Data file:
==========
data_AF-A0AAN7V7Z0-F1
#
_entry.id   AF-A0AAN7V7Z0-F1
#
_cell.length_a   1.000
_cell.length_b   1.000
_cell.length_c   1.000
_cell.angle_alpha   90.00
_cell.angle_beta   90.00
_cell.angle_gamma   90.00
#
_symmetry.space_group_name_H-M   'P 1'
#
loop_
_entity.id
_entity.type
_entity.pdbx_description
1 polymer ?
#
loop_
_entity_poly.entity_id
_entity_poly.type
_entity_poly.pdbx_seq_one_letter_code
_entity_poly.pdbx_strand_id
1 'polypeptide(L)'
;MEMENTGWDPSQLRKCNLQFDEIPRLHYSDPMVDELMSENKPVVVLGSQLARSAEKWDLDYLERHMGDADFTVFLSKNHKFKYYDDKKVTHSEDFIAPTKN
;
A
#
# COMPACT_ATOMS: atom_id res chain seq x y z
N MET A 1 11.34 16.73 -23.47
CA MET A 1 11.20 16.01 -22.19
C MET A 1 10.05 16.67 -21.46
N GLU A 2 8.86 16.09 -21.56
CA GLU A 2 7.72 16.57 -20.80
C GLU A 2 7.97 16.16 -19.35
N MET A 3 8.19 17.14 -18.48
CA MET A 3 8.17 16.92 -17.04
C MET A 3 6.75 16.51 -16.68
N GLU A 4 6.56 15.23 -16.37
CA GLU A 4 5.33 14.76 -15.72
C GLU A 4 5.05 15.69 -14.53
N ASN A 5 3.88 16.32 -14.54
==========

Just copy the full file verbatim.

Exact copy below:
data_AF-A0AAN7V7Z0-F1
#
_entry.id   AF-A0AAN7V7Z0-F1
#
_cell.length_a   1.000
_cell.length_b   1.000
_cell.length_c   1.000
_cell.angle_alpha   90.00
_cell.angle_beta   90.00
_cell.angle_gamma   90.00
#
_symmetry.space_group_name_H-M   'P 1'
#
loop_
_entity.id
_entity.type
_entity.pdbx_description
1 polymer ?
#
loop_
_entity_poly.entity_id
_entity_poly.type
_entity_poly.pdbx_seq_one_letter_code
_entity_poly.pdbx_strand_id
1 'polypeptide(L)'
;MEMENTGWDPSQLRKCNLQFDEIPRLHYSDPMVDELMSENKPVVVLGSQLARSAEKWDLDYLERHMGDADFTVFLSKNHKFKYYDDKKVTHSEDFIAPTKN
;
A
#
# COMPACT_ATOMS: atom_id res chain seq x y z
N MET A 1 11.34 16.73 -23.47
CA MET A 1 11.20 16.01 -22.19
C MET A 1 10.05 16.67 -21.46
N GLU A 2 8.86 16.09 -21.56
CA GLU A 2 7.72 16.57 -20.80
C GLU A 2 7.97 16.16 -19.35
N MET A 3 8.19 17.14 -18.48
CA MET A 3 8.17 16.92 -17.04
C MET A 3 6.75 16.51 -16.68
N GLU A 4 6.56 15.23 -16.37
CA GLU A 4 5.33 14.76 -15.72
C GLU A 4 5.05 15.69 -14.53
N ASN A 5 3.88 16.32 -14.54